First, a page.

Book Title: Why Wall Street Matters
Author: William D. Cohan
At some point in everyone of our lives we would have heard the name ‘Wall Street’. If you only know it by name, but not what it is or what happens there, then let’s quickly fill you in. It’s a place in the United States of America where people buy stocks/shares in entity’s that have become public entities, or where people can put their money into a bank as savings, and the bank then loans those funds to others that wish to build a business, or expand its operations.
To give some interesting history about how the stock exchange arose, let’s go a little back in history.
Far back in our history, when kings ruled countries, kings (who in today’s equivalent served the same function as government) collected taxes to fund the basic services to keep the kingdom running effectively. Services included protection (soldiers), water from wells (water), infrastructure (streets in the kingdom, as well as walls) and food (from farmers that sometimes rented the lands around the kingdom), and many other activities. However, all funds collected from taxes didn’t solely fund those activities. They were also used to fund expeditions and wars.
The king was one source to collect funds in order to do something new. The other source was wealthy merchants who engaged in trade with other cities in order to trade goods between people in different cities. Because those goods were only obtainable from the merchant and not by a producer in the city, the merchant could charge high fees for his time and effort to bring them to the city via shipping and caravans.
Therefore, the main application of their funds was to keep the kingdom a good place to live in, and also to fund their businesses.
However, as you may have read, this was only accessible to the wealthy at the time. And they mostly only did business with those they trusted, or risked their funds with those they knew.
Then came a concept in the Netherlands around the early 17th Century (according to https://beursgeskidenis.nl ) where some of the middle class members could collect some of their funds, and then all those funds would be used collectively to fund an expedition or ship trade. When the expedition or ship returned, the goods they returned belonged solely to all those members who had contributed their funds to send the ship on its way. Thus, a new way of funding was born to let the middle class and poor to participate in a trade game that had previously been only open to the wealthy few individuals.
Different to the exchanges back then to the stock exchange today, they mainly got their returns when a ship returned, whereas today, we get our returns whenever we get some dividends, or when we sell our shares.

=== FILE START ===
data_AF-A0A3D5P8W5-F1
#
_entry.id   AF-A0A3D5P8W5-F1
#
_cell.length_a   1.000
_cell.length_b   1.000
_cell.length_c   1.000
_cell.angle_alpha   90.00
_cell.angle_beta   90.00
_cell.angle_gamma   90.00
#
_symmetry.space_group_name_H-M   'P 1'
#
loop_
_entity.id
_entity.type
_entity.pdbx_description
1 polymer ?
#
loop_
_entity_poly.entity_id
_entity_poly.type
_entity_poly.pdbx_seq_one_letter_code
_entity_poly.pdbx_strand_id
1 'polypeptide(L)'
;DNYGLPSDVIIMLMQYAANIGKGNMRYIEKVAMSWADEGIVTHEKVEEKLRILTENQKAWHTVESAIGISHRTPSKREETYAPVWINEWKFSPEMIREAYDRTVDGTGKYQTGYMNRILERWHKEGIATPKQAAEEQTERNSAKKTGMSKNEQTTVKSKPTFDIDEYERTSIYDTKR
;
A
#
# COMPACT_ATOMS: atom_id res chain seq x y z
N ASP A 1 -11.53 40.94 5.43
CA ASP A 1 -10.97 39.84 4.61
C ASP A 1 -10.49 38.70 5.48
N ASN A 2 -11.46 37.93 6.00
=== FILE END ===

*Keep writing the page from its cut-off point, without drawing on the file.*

However, it is not just in a stock exchange that we give our funds to. We also give our funds to banks as savings, and then the bank loans those funds to other individuals/business to fund something else, in return for interest over the amount lent.
The stock exchange and banks fulfill the same purpose if you think about it carefully: accumulate funds from many individuals, and give those funds to another party. However, with a stock exchange you take the risk yourself to invest in the person, whereas through the bank, the bank performs analysis and risk assessment to determine whether it is feasible to loan the funds, and ensure that a return is highly likely to be generated from the business or not.
I think a got a little excited when I started writing about stock exchanges and the banks, that I lost the thread on what the book is about. Sorry for that.
Coming back to earth, and into the book, the book perfectly explains the function of the banks, as well as what disasters we have faced in the past (Mississippi bubble, Great Depression) that has brought about the establishment and function of the Central Bank in a country.
As exciting it is to earn money from an investment in a stock exchange, or interest on savings not actively utilized by many people, it does hold some risks, and events in our past have shown us the down side of these ventures. Thus, to try and ensure that something as drastic as The Great Depression doesn’t happen again, or that it won’t be as hard on the economy, the governments have put in stronger measures (Central Banks, and Stock Exchange regulators) to ensure that there is a little less risk involved.
The book brings this great into perspective to the reader.
Therefore, for anyone that has a few hours (or days, not judging) to read up on how the financial world works, or evolved, this is a good addition to your finance books.
The book is a great teacher to everyone on what happens not just on Wall Street, but also in their own country’s financial system. It brings in history into the equation to fully understand how the financial system originated (specifically the stock exchange), and also its downfalls, and our regulatory measures to improve the stability of the financial system. My rating puts it at a strong 4.8/5